Osteopathic Medicine in an International Context
The practice of osteopathic medicine outside of the United States varies. In
many countries, osteopathic physicians have full practice rights, as DOs have in
the United States. However, only in the U.S. are DOs trained as physicians.
Outside the U.S. DO training is concentrated on OMM and practice rights are
typically limited to manipulation. The most up-to-date information on this is
available from the Osteopathic International Alliance (www.oialliance.org) and
the American Osteopathic Association
(www.osteopathic.org). Specificinformation about Canadian osteopathic medical
practice is available from the Canadian Osteopathic Association
Admissions policies at U.S. osteopathic medical colleges vary with regard to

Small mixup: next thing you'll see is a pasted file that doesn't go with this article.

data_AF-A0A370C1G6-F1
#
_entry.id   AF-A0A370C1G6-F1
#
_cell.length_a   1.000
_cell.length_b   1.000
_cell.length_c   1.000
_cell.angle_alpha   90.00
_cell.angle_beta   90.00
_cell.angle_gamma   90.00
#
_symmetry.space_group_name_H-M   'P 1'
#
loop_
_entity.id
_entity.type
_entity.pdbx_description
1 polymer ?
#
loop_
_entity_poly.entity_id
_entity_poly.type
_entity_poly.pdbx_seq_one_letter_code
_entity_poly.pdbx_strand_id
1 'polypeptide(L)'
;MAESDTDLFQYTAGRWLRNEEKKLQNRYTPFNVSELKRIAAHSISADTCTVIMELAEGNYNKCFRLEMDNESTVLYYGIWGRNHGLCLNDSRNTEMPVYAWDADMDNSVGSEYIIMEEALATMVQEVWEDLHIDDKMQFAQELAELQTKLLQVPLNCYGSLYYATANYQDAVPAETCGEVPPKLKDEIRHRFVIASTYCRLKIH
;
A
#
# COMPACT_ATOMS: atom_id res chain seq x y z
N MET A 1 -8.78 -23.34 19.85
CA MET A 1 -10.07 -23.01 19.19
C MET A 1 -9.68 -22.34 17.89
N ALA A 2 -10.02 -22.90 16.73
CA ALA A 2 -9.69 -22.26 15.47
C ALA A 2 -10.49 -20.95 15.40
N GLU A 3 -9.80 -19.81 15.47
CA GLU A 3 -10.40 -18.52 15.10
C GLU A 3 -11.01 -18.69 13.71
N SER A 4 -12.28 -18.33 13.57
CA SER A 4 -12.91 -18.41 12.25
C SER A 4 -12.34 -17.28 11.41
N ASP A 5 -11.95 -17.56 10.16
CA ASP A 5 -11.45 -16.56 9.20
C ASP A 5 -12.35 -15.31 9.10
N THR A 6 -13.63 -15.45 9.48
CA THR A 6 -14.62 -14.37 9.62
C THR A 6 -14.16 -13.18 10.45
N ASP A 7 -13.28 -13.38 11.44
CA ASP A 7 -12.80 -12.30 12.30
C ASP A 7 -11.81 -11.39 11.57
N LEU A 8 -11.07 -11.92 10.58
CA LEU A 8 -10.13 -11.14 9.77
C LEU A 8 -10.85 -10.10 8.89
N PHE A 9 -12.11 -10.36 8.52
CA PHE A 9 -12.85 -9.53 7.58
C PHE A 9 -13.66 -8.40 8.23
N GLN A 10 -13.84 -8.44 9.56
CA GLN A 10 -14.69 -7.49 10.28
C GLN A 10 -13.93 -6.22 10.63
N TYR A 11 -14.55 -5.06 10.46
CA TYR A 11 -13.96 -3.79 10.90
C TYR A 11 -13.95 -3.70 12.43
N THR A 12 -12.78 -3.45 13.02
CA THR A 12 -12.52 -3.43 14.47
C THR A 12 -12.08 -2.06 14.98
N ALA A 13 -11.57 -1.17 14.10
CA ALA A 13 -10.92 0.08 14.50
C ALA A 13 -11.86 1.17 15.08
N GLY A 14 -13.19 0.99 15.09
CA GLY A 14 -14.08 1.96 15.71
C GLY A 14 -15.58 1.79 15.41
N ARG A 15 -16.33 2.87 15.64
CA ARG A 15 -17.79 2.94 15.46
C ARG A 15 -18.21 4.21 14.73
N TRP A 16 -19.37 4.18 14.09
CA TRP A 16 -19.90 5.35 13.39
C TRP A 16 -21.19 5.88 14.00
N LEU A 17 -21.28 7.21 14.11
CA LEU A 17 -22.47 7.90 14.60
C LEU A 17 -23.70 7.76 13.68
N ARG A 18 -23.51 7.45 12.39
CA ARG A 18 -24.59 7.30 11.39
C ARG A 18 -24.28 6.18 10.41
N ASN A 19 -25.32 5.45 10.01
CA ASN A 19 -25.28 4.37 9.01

applicants who are neither U.S. citizens nor hold perma-nent resident status in
the United States. Each college’s listing in this book indicates whether it will
consider applicants who are not U.S. citizens. Prospective applicants to
osteopathic medical colleges should consider that in the typically seven-plus
years between entering medical school and going into practice, the conditions
and regulations on practice outside the United States may change significantly.
Prospective osteopathic physicians who are interested in participating in
overseas medical mission and volunteer work will not encounter difficulties –
participation in such programs is generally arranged by the spon-soring
organization, and U.S. physicians— both DOs and MDs—have practice rights
extended to them while participating in such programs. Many osteopathic colleges
sponsor such programs, which may be open to participation by their students,
faculty, and alumni.